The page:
It's all change in the EFL
Updated: Jan 10, 2021
In 1964, Rangers FC moved a controversial motion to remove five clubs from the Scottish League, on the basis that they were the poorest-supported clubs over the previous three seasons. The plan was fought and ultimately defeated but it is interesting to note that in 2019 three of the clubs, Brechin City, Stenhousemuir and Stranraer are not even in the bottom tier of Scottish football and Albion Rovers were a level 3 club as recently as last season. Berwick Rangers, the fifth club intended to be ejected from the League, provided their own response to the drastic plan three years later when they defeated their Glasgow namesakes in the Scottish Cup’s most sensational result – although in the case of Berwick the new Scottish pyramid system may soon achieve what Rangers failed to do.
Nowadays, continued membership of the Scottish Professional Football League is based solely on merit, as has been the case in England for many years. This season’s National League, level five of the English football’s pyramid, contains seven clubs who have played in the English Football League (EFL): Barnet, Barrow, Chesterfield, Dagenham & Redbridge, Hartlepool United, Leyton Orient and Wrexham. In addition, there are three ex-EFL phoenix clubs in the National League: Aldershot Town (Aldershot FC), FC Halifax Town (Halifax Town AFC) and Maidstone United. There are even three ex-EFL clubs currently playing at the sixth level (National League South and North): Stockport County, Torquay United and York City.
It’s all part of an ever-changing EFL scene in which sixteen of this season’s twenty-four League Two clubs have at one time been promoted from the Conference/National League: Cambridge United, Carlisle United, Cheltenham Town, Colchester United, Crawley Town, Exeter City, Forest Green Rovers, Grimsby Town, Lincoln City, Macclesfield Town, Mansfield Town, Morecambe, Newport County, Stevenage, Tranmere Rovers and Yeovil Town.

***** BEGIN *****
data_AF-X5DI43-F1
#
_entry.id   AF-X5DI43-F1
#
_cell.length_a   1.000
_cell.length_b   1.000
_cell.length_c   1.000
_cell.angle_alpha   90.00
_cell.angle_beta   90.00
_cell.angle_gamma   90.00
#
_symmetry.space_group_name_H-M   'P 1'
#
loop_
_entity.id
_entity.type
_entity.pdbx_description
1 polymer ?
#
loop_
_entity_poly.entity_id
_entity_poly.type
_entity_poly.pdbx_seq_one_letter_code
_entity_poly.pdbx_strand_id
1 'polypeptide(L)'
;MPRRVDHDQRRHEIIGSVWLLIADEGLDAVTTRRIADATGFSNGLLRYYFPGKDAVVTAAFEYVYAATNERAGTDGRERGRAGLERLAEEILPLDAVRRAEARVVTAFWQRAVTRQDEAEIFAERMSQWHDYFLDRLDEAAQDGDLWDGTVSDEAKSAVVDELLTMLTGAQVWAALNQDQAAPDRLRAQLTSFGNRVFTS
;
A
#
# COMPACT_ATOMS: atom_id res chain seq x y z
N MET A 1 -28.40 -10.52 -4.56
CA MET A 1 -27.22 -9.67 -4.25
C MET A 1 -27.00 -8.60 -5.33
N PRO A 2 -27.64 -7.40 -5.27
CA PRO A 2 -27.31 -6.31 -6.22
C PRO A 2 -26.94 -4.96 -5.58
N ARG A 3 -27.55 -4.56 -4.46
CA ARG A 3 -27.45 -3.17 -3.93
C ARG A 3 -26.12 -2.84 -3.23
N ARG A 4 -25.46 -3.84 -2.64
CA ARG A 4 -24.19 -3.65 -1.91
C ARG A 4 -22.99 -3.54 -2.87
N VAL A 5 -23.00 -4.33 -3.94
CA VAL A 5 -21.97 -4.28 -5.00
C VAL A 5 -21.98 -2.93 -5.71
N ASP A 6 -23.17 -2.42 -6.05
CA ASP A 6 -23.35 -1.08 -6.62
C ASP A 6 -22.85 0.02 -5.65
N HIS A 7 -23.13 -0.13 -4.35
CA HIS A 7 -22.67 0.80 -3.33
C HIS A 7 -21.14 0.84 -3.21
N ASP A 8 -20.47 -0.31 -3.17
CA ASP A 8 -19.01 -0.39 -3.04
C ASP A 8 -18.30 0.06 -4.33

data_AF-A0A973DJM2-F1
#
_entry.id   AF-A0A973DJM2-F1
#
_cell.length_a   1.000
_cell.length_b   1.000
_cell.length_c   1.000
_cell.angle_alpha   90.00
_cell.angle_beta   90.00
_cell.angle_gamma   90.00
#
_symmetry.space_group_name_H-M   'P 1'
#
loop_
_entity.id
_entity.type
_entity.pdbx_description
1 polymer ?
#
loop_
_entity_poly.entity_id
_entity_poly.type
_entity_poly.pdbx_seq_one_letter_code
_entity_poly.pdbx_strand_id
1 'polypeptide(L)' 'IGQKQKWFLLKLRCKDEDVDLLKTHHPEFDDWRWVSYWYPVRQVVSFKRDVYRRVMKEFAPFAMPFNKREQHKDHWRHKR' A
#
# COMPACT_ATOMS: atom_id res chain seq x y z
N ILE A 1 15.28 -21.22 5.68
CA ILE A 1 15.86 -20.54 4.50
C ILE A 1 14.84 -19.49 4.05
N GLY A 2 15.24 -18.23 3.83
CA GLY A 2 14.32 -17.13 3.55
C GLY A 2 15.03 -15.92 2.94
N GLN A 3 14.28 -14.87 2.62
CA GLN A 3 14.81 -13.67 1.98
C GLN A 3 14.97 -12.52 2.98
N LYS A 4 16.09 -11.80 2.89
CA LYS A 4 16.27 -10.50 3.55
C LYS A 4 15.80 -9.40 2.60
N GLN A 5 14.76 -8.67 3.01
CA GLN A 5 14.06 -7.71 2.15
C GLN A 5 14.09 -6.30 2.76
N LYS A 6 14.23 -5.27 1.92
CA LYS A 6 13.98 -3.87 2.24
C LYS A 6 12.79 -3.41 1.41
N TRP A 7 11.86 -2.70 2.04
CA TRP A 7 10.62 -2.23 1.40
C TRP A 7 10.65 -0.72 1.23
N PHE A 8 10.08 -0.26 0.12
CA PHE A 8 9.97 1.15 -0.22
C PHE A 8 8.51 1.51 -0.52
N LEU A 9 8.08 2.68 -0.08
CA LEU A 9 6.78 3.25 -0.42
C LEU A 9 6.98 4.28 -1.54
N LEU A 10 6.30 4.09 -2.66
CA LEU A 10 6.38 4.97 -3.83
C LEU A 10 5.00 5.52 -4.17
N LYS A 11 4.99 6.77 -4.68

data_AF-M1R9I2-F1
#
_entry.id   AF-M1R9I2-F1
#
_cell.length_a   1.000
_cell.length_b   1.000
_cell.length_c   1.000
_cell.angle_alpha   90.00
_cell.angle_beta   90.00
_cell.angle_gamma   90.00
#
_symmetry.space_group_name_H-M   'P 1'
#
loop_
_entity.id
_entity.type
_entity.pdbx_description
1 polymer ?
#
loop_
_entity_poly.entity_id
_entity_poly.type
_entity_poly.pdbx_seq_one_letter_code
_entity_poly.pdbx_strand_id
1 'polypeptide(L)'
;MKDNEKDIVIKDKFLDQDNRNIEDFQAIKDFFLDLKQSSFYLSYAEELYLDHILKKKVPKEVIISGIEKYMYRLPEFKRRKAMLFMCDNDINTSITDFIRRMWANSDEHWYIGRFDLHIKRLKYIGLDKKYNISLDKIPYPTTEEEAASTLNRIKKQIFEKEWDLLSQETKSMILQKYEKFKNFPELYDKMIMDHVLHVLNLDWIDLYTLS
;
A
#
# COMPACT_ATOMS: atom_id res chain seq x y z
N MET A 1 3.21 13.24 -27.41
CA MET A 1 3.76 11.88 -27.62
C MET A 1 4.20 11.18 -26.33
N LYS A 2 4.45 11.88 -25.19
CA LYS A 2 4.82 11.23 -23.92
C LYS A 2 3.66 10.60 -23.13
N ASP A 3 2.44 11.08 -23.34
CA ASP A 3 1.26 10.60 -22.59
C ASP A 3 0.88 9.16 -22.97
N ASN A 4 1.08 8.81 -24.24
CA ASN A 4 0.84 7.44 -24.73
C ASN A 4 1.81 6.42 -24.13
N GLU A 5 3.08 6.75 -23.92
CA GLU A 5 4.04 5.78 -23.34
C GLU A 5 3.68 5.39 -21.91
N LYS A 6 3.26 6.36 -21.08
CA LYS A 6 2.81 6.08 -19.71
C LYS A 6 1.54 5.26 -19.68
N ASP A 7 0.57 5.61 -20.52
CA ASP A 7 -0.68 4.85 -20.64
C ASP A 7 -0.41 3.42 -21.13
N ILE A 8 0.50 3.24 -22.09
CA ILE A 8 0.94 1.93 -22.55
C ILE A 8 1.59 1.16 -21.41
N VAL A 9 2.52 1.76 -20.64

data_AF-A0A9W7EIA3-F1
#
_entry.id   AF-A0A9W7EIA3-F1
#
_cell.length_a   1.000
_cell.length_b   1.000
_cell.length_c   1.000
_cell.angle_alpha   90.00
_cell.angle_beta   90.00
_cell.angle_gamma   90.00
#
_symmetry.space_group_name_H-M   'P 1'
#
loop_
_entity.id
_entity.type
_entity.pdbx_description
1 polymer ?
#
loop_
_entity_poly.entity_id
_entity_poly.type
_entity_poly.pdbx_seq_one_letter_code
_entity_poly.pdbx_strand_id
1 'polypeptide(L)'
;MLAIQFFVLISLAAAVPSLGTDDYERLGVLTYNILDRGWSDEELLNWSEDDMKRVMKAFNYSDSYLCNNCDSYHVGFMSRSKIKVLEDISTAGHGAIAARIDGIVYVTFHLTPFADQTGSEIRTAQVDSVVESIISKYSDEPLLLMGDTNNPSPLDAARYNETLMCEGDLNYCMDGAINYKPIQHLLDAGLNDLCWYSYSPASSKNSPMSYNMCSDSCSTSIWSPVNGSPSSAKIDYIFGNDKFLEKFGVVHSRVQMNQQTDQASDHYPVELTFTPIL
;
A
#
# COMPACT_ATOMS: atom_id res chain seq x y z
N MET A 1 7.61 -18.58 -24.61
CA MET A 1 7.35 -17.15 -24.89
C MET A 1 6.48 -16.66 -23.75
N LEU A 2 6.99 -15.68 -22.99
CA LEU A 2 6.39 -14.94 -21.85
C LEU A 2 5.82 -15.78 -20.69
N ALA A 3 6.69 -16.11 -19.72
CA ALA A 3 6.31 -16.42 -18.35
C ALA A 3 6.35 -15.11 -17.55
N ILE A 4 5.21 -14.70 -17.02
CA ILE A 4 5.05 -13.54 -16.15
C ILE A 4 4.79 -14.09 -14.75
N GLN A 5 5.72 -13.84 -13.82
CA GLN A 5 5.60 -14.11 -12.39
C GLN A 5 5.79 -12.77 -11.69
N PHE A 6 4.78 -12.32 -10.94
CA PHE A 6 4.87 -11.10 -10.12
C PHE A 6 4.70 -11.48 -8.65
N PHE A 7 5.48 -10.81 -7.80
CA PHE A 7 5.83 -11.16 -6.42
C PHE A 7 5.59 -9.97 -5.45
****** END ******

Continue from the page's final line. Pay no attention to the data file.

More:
Absent from that list is Notts County, founded in 1862, continuous members of the Football League since it was formed in 1888 and as a result the oldest club in the League and thus the oldest League club in the world. It’s a proud title Notts may be forced to relinquish next Saturday. At the time of writing the Magpies are on the brink of relegation from the EFL for the first time in their history, despite a 2-1 win over Grimsby Town at the week-end. Notts must now beat Swindon Town away and hope that Macclesfield Town lose at home to Cambridge United on the final day of the season to stay up.
If Notts land in the National League. “the oldest club in the League” title should pass to Stoke City whose badge proclaims “1863” and their website lays claim to be “the world's second oldest professional football club”. It’s not exactly a confident assertion as elsewhere in the Potters’ official website there’s an admission that “some record books say City were founded in 1863, although many details remain sketchy.”
In fact, there is no apparent record of any match being played by the then Stoke Ramblers until 1868 and if Stoke’s 1863 claim remains in doubt then, ironically, the club who could take on Notts’ “oldest club in the League” title will be one definitely founded in 1865 …Nottingham Forest!